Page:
Alignment
Irrelevant: Indirect and Direct Procurement Classifications
May 3, 2016
Jordan Early
2 minutes

I dislike the ‘direct’ and ‘indirect’ spend classifications we use in procurement.  

I’ve written about this before here, but it came up again last week when talking to a non-procurement colleague about our area of work.

“I’m always seeing all these ‘head of direct procurement’ job titles” he said. “What does direct procurement mean?”

As I gritted my teeth and explained that (according to CIPS) direct materials are “materials that are converted or processed to make the finished products” and indirect materials are “goods which are purchased to support the operation and which are not converted into finished products or resold” I couldn’t help but feel disappointed at these definitions and our functions’ overuse of them.

To me, direct and indirect spend classifications are antiquated and no longer relevant in modern procurement.

Sure, when they were first conceived, they may have been useful. Back when businesses were more about producing ‘hard goods’, you could argue that these classification held up. The same is true that for some business, these classifications remain relevant today (retail is an example that jumps to mind). But our business landscape has changed so greatly in the last few decades that I feel we need to stop applying these terms to procurement in the broader sense.

Lets look at some of today’s most important and influential companies. Google, Facebook, Airbnb and Uber are all prime examples of services companies. Their core business doesn’t involve producing a physical product. If Google doesn’t produce a physical product does it even do direct procurement? If so, what constitutes direct procurement for Google?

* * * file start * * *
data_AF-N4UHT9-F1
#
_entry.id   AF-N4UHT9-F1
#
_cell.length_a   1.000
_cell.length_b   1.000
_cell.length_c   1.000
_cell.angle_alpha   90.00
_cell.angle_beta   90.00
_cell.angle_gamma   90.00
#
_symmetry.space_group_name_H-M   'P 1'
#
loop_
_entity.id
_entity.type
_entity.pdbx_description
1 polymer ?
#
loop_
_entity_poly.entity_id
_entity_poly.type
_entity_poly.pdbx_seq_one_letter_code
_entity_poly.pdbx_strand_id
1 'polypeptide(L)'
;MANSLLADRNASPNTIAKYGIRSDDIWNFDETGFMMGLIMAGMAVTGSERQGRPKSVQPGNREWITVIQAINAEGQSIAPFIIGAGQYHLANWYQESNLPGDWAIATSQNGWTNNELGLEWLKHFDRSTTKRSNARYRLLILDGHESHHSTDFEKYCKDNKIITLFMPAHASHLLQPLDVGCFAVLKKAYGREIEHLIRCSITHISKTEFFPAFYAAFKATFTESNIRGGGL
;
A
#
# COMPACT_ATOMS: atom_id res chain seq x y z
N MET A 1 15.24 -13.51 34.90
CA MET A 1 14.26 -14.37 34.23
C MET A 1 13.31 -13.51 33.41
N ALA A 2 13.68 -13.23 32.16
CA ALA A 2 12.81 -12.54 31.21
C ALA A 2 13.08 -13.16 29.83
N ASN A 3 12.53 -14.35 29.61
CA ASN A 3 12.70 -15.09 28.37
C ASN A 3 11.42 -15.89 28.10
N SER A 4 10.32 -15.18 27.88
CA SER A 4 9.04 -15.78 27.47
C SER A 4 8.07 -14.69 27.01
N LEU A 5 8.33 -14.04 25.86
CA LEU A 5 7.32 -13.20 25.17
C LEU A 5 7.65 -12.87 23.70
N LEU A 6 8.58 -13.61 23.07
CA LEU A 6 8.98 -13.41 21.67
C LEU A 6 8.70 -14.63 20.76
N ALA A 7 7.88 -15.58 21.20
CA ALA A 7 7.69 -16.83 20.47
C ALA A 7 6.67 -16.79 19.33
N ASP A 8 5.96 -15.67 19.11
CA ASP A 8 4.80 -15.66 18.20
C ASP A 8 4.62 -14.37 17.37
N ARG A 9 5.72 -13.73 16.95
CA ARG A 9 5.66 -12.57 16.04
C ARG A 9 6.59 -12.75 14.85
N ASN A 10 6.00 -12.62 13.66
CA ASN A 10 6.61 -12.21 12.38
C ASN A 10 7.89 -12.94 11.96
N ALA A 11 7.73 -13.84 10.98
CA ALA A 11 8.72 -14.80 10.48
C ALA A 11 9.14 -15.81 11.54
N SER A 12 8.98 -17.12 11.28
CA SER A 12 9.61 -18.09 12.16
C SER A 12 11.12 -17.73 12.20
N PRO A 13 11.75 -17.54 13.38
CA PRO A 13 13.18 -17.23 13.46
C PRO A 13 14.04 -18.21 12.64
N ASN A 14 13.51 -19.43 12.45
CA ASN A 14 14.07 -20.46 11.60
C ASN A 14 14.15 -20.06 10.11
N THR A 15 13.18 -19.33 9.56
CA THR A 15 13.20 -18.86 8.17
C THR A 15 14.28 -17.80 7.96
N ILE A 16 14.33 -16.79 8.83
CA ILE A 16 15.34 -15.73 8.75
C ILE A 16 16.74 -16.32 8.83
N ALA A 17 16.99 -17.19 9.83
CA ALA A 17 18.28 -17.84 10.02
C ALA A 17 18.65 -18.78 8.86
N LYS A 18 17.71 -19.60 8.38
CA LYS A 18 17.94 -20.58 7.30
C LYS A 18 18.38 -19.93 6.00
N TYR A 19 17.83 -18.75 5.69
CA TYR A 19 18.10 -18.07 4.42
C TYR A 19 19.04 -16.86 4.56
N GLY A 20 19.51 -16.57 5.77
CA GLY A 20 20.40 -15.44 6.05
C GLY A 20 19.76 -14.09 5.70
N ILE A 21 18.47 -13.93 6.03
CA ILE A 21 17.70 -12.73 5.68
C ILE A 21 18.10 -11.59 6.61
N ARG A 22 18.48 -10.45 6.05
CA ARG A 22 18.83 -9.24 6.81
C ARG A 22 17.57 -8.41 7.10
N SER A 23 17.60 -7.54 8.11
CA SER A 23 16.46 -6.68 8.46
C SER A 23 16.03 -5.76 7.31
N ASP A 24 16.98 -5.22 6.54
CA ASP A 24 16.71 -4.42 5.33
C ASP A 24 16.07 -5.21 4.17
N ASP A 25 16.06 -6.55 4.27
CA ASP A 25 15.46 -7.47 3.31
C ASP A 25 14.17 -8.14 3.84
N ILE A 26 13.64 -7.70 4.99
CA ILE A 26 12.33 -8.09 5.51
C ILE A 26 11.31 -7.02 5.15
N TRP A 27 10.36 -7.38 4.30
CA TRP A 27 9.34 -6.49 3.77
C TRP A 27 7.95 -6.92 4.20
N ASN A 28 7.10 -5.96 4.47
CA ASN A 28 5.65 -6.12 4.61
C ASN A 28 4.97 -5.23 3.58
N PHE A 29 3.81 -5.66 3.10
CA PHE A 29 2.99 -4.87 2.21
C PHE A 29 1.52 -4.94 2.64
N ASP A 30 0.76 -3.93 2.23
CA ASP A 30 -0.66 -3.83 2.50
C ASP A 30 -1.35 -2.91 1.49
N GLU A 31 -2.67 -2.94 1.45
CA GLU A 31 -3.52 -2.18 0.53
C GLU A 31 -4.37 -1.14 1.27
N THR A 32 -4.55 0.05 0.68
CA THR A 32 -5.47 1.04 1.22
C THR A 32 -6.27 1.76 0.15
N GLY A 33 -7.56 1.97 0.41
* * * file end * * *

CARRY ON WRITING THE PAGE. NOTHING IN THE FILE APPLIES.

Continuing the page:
What’s more important?

What annoys me more than the outdated nature of these terms is the relative weight allocated to one of them.

In its glossary of terms, CIPS suggest the following:

“As direct materials usually account for a greater share of total spend, and affect the quality of the final product, direct materials are usually seen as the more demanding of the two groups”

Really?

Isn’t that a huge generalisation?

Is direct spend the most critical factor that determines the quality of the final product for Facebook or Google? I don’t think it is and I certainly don’t think direct procurement is ‘more demanding’ for these businesses either. Look at Facebook’s current privacy concerns tell me that legal counsel wouldn’t be a complicated and demanding spend area for that business.

Obviously, some level of spend classification is necessary. However, I believe that the direct/indirect procurement dichotomy is an oversimplification of an inherently complex process. How can these two classifications possibly be attributed a similar weight at a business that produces finished products as they are in the ever growing service economy.

Perhaps it’s time to rethink the way we (over) use these terms?

Peter Smith of Spendmatters certainly seems to think so.

“I was CPO in two huge organisations; a major UK government department, and an international financial services giant. In neither case did our multi-billion pound spend have anything that could be traditionally defined as “direct spend.”


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  • Guest

    Based on your examples, it seems to me that the issue isn’t about the definitions of direct and indirect, but what spend is actually placed in each category. For example, in your example above I would argue that hardware, software, and telecom are all “direct spend” for Google. Similarly, as customers use websites and mobile apps to get service/product from their banks, then technology again becomes a direct spend.